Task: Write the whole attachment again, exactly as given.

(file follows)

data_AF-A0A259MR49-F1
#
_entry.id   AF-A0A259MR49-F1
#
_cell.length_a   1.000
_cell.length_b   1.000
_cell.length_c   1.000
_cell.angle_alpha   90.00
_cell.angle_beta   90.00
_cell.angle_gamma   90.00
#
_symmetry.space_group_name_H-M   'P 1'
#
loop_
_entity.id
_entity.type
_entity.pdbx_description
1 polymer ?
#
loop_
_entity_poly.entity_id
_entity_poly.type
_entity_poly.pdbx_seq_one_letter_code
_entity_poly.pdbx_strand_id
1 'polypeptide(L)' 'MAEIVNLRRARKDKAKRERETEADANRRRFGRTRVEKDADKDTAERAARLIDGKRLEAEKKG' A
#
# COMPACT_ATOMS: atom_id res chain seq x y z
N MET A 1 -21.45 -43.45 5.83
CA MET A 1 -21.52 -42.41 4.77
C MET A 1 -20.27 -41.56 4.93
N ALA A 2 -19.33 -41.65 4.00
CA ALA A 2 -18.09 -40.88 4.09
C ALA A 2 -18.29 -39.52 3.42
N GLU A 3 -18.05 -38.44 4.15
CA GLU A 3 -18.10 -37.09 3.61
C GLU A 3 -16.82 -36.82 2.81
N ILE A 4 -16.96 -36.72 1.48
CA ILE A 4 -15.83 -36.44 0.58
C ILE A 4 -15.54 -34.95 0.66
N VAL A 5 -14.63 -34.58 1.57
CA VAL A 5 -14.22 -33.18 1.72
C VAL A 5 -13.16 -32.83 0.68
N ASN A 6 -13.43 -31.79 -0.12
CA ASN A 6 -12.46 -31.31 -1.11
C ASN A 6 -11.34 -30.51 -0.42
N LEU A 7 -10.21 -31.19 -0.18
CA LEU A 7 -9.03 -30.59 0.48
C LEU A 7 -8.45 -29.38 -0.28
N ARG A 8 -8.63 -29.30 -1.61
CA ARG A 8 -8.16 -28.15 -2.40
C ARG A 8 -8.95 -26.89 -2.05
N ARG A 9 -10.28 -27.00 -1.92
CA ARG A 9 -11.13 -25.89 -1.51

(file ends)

data_AF-A0A259MR49-F1
#
_entry.id   AF-A0A259MR49-F1
#
_cell.length_a   1.000
_cell.length_b   1.000
_cell.length_c   1.000
_cell.angle_alpha   90.00
_cell.angle_beta   90.00
_cell.angle_gamma   90.00
#
_symmetry.space_group_name_H-M   'P 1'
#
loop_
_entity.id
_entity.type
_entity.pdbx_description
1 polymer ?
#
loop_
_entity_poly.entity_id
_entity_poly.type
_entity_poly.pdbx_seq_one_letter_code
_entity_poly.pdbx_strand_id
1 'polypeptide(L)' 'MAEIVNLRRARKDKAKRERETEADANRRRFGRTRVEKDADKDTAERAARLIDGKRLEAEKKG' A
#
# COMPACT_ATOMS: atom_id res chain seq x y z
N MET A 1 -21.45 -43.45 5.83
CA MET A 1 -21.52 -42.41 4.77
C MET A 1 -20.27 -41.56 4.93
N ALA A 2 -19.33 -41.65 4.00
CA ALA A 2 -18.09 -40.88 4.09
C ALA A 2 -18.29 -39.52 3.42
N GLU A 3 -18.05 -38.44 4.15
CA GLU A 3 -18.10 -37.09 3.61
C GLU A 3 -16.82 -36.82 2.81
N ILE A 4 -16.96 -36.72 1.48
CA ILE A 4 -15.83 -36.44 0.58
C ILE A 4 -15.54 -34.95 0.66
N VAL A 5 -14.63 -34.58 1.57
CA VAL A 5 -14.22 -33.18 1.72
C VAL A 5 -13.16 -32.83 0.68
N ASN A 6 -13.43 -31.79 -0.12
CA ASN A 6 -12.46 -31.31 -1.11
C ASN A 6 -11.34 -30.51 -0.42
N LEU A 7 -10.21 -31.19 -0.18
CA LEU A 7 -9.03 -30.59 0.48
C LEU A 7 -8.45 -29.38 -0.28
N ARG A 8 -8.63 -29.30 -1.61
CA ARG A 8 -8.16 -28.15 -2.40
C ARG A 8 -8.95 -26.89 -2.05
N ARG A 9 -10.28 -27.00 -1.92
CA ARG A 9 -11.13 -25.89 -1.51